3D printing, or additive manufacturing, is experiencing a boom, as industry seeks ways to cheaply and rapidly develop new designs. The technology sees products or components built layer by layer, following a pattern determined by a computer. The resulting objects can be any shape or size, rendering a perfect replica of their computer-model counterparts. Traditionally 3D printing has been used to produce prototypes fast, however budding makers are finding ever more uses for the emerging tech.
Additive manufacturing has hit the headlines in recent years, and not always for good reasons. In 2013, an American firm developed the world’s first working 3D printed gun, with plans to publish its blueprints online. Far less controversially, students at TU Delft put the technology to the test printing a full-sized, fully-functioning steel bicycle. Best of all however, the technology’s low cost and abundant materials make it perfect for open-source community projects like e-NABLE, producing affordable prosthetics for those in need.
In the latest step towards the future, Food Ink last month opened the world’s first 3D printing restaurant. The completely unique ‘print out pop-up’ features furniture, utensils and food all produced by additive manufacturing. The restaurant’s world premiere took place at the end of July, in the heart of London’s tech and innovation scene.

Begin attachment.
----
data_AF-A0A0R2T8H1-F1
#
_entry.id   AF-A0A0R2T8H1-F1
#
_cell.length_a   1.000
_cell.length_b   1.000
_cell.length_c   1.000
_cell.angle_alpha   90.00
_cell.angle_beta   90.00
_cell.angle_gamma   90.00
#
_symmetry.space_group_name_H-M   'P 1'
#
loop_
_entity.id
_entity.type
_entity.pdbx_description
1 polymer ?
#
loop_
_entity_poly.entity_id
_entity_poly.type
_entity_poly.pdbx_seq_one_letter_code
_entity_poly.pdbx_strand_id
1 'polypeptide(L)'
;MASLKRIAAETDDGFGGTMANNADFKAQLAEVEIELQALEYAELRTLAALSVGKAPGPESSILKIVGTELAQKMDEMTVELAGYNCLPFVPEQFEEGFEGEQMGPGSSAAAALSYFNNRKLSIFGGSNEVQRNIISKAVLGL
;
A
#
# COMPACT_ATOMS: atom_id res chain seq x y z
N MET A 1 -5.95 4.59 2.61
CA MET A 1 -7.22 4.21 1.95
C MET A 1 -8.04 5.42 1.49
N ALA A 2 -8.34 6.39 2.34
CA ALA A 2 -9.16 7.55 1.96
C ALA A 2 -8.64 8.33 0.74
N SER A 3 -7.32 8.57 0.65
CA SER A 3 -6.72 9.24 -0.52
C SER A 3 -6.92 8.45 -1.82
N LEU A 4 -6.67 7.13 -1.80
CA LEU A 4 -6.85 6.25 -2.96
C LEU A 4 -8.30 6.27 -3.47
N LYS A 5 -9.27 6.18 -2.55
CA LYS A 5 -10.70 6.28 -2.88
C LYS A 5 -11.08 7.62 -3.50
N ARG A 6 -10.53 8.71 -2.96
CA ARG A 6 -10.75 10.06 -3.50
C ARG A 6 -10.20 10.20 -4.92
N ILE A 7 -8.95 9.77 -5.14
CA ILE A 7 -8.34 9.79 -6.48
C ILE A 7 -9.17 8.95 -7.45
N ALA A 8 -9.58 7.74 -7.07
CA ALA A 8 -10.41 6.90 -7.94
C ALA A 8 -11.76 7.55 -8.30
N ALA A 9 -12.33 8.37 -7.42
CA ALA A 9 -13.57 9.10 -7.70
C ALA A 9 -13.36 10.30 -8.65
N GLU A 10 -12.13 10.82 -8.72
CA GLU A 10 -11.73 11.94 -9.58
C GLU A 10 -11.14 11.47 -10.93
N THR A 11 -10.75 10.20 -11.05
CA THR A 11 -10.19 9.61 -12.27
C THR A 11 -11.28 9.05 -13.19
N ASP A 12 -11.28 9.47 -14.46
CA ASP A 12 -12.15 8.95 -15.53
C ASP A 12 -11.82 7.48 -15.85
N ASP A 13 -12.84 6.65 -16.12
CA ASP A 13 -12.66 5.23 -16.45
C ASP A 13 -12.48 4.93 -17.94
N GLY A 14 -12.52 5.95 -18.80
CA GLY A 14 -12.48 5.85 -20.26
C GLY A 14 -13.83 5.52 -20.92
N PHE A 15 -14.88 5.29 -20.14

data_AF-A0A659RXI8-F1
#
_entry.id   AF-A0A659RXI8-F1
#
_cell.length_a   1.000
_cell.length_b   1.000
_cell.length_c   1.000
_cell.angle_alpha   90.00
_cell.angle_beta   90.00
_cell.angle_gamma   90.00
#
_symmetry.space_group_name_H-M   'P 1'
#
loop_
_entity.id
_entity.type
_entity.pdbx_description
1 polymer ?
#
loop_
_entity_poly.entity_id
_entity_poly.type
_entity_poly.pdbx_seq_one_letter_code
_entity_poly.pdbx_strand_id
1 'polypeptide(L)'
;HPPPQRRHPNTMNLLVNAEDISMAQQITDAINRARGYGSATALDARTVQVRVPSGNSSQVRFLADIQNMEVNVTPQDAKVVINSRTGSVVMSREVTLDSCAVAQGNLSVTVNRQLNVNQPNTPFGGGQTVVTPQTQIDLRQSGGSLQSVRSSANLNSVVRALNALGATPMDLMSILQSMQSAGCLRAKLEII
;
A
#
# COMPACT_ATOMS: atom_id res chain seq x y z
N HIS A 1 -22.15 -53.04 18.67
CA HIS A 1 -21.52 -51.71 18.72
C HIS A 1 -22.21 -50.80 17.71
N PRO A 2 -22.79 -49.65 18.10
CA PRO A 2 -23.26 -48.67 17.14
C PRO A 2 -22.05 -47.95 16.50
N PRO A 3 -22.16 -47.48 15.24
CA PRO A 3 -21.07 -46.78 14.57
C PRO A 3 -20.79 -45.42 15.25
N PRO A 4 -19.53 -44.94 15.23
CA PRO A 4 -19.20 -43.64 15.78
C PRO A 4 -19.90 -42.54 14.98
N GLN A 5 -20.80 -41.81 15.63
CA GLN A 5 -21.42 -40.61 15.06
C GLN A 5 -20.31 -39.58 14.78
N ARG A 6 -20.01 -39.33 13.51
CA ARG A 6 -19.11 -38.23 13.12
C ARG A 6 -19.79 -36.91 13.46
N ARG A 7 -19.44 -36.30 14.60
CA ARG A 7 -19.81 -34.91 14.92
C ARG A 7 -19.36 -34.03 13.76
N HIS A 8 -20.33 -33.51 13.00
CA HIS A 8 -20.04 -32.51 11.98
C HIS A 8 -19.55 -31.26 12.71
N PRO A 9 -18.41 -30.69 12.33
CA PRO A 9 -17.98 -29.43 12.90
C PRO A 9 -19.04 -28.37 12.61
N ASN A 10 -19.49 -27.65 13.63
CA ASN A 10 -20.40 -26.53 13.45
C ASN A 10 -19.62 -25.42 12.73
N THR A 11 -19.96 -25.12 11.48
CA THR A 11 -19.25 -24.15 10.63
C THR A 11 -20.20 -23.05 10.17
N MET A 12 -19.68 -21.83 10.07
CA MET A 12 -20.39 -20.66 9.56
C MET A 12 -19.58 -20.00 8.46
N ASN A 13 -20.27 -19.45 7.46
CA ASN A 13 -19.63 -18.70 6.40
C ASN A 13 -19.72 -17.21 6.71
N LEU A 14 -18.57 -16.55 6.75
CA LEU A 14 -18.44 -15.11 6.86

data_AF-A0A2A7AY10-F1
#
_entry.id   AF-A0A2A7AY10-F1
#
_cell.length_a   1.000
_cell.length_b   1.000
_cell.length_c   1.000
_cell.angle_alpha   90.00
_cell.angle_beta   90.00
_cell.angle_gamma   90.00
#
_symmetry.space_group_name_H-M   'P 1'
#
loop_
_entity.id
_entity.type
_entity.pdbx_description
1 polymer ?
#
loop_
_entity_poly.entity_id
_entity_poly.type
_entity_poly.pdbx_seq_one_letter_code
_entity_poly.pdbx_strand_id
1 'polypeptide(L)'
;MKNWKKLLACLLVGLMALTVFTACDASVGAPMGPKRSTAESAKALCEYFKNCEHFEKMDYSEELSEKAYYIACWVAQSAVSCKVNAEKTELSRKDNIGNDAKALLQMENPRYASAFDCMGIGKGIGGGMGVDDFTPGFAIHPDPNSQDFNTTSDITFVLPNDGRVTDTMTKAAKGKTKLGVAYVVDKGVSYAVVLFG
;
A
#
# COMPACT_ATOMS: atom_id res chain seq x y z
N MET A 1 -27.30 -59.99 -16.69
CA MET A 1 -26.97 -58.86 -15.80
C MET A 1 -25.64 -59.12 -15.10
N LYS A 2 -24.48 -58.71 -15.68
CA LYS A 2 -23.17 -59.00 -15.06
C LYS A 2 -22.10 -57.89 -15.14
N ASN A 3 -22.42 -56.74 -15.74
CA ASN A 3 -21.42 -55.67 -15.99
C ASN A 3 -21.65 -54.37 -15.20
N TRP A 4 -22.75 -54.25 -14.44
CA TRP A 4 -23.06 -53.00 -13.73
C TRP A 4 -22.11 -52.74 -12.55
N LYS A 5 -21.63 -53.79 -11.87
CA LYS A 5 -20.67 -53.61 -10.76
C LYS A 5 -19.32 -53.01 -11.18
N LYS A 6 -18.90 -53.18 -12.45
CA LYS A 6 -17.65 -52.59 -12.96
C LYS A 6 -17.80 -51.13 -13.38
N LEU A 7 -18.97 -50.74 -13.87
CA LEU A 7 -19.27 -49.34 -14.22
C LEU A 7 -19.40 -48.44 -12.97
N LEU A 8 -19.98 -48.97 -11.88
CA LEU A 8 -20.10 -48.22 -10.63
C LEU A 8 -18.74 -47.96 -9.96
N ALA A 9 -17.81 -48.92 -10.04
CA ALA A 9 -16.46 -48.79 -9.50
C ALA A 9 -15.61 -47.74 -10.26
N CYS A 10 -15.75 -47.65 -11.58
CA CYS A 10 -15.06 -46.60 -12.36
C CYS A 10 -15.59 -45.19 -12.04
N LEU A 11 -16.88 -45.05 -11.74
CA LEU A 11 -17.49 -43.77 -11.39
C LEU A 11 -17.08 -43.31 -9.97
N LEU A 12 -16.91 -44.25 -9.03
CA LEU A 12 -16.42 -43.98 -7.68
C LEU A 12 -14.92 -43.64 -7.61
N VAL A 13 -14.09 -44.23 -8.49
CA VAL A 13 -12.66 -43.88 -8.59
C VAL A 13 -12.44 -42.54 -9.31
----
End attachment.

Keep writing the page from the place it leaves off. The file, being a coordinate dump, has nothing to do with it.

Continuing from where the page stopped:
8 Dray Walk, Shoreditch played host to the tech that could see us downloading something delicious in the not too distant future. Dinner guests from 25-27 July were treated to a 9-course menu devised by top chefs, and printed live at the table. While the exclusive experience was open to just 10 diners each evening, foodies at home could live-stream the entire event.
The food itself is printed and served using byFlow Focus printers, and is prepared with fresh, natural ingredients. Food Ink combines cutting edge technologies including 3D printing and augmented reality, serving food like never before. In order to ‘print’ the dishes, ingredients must first be turned into a paste. This is then poured into a nozzle- called an extruder- and attached to the printer, ready to be crafted into works of edible art. Foods such as hummus, pizza dough, goats cheese, meat, and most importantly chocolate, all make perfect fodder for the printer.
Following the launch of the restaurant in London this summer, Food Ink is set to begin a whirl wind tour across the globe. Calling in at cities across Europe, America and Asia, the high-tech restaurant will challenge diners’ relationships with food around the world. Dishes we are likely to see include a techy twist on classic fish and chips, steak tartare with a 90’s video-game makeover and of course plenty of intricately printed chocolate shapes.
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